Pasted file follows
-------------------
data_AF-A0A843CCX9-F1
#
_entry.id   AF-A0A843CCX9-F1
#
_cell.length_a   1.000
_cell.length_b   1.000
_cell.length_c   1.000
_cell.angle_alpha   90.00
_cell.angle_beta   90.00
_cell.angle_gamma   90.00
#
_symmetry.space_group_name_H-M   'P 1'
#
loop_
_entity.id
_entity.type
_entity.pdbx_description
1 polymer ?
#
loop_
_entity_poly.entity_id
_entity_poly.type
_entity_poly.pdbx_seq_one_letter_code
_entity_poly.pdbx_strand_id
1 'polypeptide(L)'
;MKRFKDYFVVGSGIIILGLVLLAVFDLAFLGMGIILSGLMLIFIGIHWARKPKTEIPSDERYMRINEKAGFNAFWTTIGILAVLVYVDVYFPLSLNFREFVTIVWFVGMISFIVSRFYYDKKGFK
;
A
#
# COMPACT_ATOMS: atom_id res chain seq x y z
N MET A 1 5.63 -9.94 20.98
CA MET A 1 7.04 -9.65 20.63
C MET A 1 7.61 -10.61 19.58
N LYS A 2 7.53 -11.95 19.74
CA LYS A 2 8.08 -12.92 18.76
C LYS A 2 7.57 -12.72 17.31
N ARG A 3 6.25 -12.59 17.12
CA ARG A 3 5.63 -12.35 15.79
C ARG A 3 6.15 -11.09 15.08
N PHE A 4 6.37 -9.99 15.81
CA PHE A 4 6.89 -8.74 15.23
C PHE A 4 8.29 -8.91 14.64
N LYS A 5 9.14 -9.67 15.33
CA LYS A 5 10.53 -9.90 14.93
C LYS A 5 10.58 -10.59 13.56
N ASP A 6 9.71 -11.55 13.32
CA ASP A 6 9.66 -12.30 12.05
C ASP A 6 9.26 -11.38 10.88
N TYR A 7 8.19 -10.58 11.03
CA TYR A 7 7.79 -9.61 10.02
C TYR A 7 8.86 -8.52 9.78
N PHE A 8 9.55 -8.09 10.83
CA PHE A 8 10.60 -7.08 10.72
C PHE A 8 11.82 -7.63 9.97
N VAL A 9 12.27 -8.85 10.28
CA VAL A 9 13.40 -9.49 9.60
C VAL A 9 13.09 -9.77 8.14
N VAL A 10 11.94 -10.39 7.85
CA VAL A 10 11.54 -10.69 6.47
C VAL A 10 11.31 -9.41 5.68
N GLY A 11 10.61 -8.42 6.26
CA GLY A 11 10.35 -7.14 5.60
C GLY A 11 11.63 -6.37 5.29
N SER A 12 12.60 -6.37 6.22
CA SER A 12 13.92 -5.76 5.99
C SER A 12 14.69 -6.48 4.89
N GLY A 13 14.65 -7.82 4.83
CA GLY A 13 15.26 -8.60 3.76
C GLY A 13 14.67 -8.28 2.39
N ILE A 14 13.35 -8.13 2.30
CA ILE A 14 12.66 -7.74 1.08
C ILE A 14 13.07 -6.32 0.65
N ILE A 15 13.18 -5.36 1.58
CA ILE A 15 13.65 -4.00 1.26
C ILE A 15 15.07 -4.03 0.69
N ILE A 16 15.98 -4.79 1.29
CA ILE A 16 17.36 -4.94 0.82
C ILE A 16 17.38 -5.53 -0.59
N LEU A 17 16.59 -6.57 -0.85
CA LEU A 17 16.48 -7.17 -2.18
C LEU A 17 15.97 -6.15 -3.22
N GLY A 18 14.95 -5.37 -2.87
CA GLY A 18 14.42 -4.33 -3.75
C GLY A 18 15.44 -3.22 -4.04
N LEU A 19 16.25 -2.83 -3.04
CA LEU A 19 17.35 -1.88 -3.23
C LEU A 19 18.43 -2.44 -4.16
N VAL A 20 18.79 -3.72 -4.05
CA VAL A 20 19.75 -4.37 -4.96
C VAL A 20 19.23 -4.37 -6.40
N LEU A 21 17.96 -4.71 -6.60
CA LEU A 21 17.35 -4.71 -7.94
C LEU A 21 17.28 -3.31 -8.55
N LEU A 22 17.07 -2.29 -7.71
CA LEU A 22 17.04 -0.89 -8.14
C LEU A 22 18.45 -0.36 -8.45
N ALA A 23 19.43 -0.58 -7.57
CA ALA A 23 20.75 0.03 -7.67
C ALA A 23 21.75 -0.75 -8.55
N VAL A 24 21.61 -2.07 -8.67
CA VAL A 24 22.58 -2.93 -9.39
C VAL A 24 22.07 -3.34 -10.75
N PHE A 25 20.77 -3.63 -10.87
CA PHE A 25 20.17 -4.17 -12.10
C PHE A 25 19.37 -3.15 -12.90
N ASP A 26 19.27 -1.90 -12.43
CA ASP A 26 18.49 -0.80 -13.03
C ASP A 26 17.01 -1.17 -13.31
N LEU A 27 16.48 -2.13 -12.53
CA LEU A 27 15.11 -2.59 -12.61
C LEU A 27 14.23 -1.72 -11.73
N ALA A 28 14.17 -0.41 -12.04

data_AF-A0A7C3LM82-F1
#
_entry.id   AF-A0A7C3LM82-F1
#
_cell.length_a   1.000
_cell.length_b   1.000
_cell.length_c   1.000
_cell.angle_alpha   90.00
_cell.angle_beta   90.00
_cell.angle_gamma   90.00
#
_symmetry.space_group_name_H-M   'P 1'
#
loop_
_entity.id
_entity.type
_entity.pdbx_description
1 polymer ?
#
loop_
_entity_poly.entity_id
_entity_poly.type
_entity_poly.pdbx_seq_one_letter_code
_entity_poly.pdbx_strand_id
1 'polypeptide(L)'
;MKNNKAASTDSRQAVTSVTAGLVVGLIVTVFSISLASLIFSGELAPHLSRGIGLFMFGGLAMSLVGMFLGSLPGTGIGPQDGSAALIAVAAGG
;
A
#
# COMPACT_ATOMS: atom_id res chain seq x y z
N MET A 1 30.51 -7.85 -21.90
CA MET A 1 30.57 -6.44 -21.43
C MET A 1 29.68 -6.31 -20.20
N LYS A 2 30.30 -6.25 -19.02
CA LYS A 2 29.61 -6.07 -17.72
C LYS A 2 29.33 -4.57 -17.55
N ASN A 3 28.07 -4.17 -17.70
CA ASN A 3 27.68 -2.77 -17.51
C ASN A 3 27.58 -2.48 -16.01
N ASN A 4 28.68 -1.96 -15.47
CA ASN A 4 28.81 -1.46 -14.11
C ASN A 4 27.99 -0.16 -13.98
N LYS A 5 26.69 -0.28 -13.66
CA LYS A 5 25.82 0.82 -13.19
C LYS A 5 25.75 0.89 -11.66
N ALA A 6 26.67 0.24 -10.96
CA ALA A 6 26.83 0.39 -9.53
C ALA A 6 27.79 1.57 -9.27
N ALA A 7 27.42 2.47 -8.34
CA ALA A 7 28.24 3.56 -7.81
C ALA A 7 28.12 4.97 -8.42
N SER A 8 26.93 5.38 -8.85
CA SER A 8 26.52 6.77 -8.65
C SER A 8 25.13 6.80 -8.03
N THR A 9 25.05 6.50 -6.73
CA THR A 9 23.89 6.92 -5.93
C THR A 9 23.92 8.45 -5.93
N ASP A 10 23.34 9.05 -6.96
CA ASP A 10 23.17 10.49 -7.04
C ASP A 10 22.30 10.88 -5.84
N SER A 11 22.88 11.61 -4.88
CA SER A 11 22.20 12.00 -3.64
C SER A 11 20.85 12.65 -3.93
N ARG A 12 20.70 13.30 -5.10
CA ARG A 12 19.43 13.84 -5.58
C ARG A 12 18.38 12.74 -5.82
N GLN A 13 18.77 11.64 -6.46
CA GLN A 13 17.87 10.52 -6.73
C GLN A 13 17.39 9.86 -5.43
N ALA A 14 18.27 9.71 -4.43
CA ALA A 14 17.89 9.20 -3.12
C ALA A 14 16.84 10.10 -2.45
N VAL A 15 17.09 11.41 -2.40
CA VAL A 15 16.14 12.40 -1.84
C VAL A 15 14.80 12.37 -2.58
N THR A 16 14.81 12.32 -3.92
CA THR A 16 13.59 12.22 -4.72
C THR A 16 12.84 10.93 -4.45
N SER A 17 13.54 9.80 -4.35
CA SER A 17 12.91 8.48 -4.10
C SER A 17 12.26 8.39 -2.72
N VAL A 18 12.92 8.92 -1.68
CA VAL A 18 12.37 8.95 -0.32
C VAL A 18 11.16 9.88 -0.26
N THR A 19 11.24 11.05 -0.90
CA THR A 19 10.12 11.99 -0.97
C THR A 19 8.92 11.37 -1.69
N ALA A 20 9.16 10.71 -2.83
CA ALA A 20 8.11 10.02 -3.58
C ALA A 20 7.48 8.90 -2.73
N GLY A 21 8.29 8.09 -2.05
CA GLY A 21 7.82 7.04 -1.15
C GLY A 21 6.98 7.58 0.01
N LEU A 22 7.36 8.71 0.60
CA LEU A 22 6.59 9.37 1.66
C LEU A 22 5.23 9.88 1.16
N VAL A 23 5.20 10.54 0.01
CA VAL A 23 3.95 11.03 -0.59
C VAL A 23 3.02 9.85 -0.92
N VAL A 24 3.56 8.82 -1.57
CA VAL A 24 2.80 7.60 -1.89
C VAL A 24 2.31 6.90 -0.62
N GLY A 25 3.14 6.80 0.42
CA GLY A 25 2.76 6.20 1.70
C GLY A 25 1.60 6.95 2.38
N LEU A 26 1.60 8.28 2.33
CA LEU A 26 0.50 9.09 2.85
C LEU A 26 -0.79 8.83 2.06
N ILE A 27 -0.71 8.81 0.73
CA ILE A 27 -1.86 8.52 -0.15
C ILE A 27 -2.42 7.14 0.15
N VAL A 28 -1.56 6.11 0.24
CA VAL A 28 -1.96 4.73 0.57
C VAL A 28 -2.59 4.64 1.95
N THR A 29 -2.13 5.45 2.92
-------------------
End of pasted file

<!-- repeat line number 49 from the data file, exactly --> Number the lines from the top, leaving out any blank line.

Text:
N TYR A 7 8.19 -10.58 11.03